Ierissos is the oldest and largest village in the Municipality of Aristotle, with 3,455 residents in 2011 (GG 3465/B/28.12.2012). Historically, it is the contemporary continuation of ancient Akanthos, which was founded in the 7th century BCE as a colony of Andros and was a great city of Macedonia, as reported by historians and evidenced by archaeological research.
The present-day settlement was constructed after the old one was levelled by the deadly, 7-point magnitude earthquake of 1932, which had its epicenter right here, by the seaside. Archaeological excavations showed that the present-day town is built over the cemetery of ancient Akanthos (click here to see the brochure).
Contemporary Ierissos is a beautiful seaside town with modern construction and a rich historical and cultural legacy. It is the seat of the Municipality of Aristotle. When entering the town from the direction of Stratoni, visitors will notice the tower of Krouna; in the center, the Cultural Center; and further down, across from the port, the walls of ancient Akanthos. Despite the fact that Akanthos was renowned for its wine, modern-day inhabitants are employed in fishing, boat building, commerce, construction on Mount Athos, and tourism.
It is an important port in Northern Greece, with a noteworthy fishing fleet. That is why the fish from Ierissos Bay are famous throughout Greece for their great flavor. Chief among them is orkini, a local species of tuna that is fished in the region in May and early June. It is cooked in red sauce or cured in salt. The inhabitants of Ierissos are historically known to be great shipwrights, passing on an ancient art from generation to generation. The boatyards of Ierissos are some of the oldest in Greece, with renowned shipwrights, such as the late Dimitris Papasterianos, master of the traditional art of shipbuilding. Throughout the Ottoman period, the town was one of the historic Mademochoria. The inhabitants of Ierissos participated in the Greek War of Independence of 1821, with renowned revolutionaries, such as Athanasios and Konstantinos Vlachomichalis.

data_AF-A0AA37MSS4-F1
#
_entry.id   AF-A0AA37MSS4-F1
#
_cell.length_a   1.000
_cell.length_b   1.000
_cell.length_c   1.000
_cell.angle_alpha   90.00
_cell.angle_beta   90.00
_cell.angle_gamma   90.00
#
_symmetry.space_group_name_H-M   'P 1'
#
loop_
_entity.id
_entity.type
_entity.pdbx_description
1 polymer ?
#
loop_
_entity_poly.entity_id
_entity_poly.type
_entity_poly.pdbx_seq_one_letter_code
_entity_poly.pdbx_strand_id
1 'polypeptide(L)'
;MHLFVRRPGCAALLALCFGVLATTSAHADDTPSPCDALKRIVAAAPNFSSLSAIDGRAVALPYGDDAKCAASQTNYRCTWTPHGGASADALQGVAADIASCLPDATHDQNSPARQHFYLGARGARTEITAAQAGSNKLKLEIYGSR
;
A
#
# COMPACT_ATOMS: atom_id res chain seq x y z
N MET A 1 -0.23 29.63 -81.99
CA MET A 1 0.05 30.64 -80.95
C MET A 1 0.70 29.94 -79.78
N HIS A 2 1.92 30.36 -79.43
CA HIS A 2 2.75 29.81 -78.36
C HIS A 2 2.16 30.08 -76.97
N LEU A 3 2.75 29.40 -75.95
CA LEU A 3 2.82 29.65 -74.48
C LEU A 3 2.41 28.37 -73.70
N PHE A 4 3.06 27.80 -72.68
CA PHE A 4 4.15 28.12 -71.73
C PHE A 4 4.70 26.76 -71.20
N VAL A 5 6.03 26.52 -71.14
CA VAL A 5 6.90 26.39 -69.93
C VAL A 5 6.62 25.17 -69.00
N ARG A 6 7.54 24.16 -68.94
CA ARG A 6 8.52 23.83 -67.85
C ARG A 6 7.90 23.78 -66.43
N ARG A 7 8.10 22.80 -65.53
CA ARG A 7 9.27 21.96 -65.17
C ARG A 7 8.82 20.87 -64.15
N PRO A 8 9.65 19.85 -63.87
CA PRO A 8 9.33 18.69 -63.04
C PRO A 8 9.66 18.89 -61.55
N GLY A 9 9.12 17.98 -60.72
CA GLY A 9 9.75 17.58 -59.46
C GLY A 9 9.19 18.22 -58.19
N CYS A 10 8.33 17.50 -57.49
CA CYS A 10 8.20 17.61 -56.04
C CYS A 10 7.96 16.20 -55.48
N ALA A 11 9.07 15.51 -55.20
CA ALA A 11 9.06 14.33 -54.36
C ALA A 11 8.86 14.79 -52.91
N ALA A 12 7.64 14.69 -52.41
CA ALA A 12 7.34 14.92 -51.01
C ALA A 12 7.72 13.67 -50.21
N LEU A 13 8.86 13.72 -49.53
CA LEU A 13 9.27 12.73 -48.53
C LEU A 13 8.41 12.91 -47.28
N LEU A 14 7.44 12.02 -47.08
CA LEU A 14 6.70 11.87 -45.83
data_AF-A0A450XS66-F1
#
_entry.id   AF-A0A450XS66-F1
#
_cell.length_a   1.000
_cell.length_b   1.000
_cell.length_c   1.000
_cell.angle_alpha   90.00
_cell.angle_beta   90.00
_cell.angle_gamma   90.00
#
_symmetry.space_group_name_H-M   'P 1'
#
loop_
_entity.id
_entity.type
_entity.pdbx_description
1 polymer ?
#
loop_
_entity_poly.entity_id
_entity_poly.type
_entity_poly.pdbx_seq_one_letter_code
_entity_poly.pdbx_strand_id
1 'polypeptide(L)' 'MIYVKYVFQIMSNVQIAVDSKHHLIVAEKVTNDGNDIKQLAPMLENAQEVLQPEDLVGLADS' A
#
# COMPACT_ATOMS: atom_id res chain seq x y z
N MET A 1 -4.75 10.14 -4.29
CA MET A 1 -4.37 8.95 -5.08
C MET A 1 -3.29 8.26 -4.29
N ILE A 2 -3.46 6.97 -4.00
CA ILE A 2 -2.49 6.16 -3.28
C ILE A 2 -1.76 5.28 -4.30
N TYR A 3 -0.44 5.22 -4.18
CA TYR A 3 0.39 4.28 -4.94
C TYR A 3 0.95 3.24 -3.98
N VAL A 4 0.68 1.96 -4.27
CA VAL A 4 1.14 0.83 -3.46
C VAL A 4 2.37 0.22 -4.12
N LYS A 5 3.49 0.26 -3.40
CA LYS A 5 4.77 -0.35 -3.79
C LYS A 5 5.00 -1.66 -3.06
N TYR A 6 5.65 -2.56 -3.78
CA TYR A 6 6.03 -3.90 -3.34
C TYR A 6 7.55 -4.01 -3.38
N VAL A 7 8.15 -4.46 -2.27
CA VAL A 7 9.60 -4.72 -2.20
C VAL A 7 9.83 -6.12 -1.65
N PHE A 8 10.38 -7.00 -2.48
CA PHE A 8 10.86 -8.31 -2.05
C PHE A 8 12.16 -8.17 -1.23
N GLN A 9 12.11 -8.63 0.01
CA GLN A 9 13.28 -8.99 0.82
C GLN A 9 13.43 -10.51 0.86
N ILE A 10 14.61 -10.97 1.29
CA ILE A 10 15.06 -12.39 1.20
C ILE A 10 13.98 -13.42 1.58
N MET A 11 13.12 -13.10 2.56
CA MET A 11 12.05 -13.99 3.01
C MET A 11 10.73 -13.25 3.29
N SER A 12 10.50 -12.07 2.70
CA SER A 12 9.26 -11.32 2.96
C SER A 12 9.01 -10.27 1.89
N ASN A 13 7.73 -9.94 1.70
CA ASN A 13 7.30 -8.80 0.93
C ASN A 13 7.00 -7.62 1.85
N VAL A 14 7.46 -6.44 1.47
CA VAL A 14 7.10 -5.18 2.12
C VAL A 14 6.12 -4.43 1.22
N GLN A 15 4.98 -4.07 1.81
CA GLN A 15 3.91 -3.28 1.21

Most visitors pass by Ierissos on their way to Mount Athos, or to enjoy its beaches. The region is endowed with several beaches fit for swimming and awarded Blue Flags, as well as beach bars, and coffee shops and tavernas on the seaside promenade, that make it an ideal holiday destination. There are many forms of accommodation – rooms to rent, studios, furnished apartments, and beachfront hotels. There are also two organized camping sites. Leaving Ierissos on the way to Nea Roda, the old boatyards are on the left.
There are several associations active in Ierissos: the “Kleigenis” cultural association, the “Kageleftos” music and dance association, the “Friends of the Environment” association, the “Akanthos” music and sports association, as well as professional guilds and unions (Professionals Association, Fishermen’s Union, Builders Union, Agricultural Cooperatives). The locals’ noteworthy social and cultural activity goes back centuries. This is demonstrated by the large number of notable folk songs that remain alive in the local tradition and are sung to this day.
The area has several remarkable customs. Of particular interest is the custom that takes place every year on the Tuesday after Easter in the so-called Mavro Aloni – the Black Threshing Floor, or the Threshing Floor of the Black Youth. This is a site near Ierissos where, in 1821, on the orders of Yusuf Sintiki Bei, the Turks slaughtered 400 locals. Tradition tells that the Bei had promised general amnesty to all who surrendered, since at the time Halkidiki had joined the Greek War of Independence. Four hundred inhabitants who believed his promise showed up and were forced to dance at sword point. With every turn of the dance circle, the Turks slaughtered one dancer with their swords. Since then, in remembrance of this massacre, a blessing is performed in the village and then hundreds of residents and guests join in a dance. One of the dances is called “Kageleftos” and it represents the great massacre. It is slow, simulating the dragging, hesitant steps of people condemned to death. And because for many years the dance was performed in the presence of Turks and some things could not be stated clearly, the song uses inuendo to speak about yearning for freedom. When the song is almost over, the first two dancers join hands to form an arch, representing the swords of the Turkish executioners, and all the other dancers pass underneath twice. It is noted that each stanza of the song is sung alternately by the men and women who participate in the dance.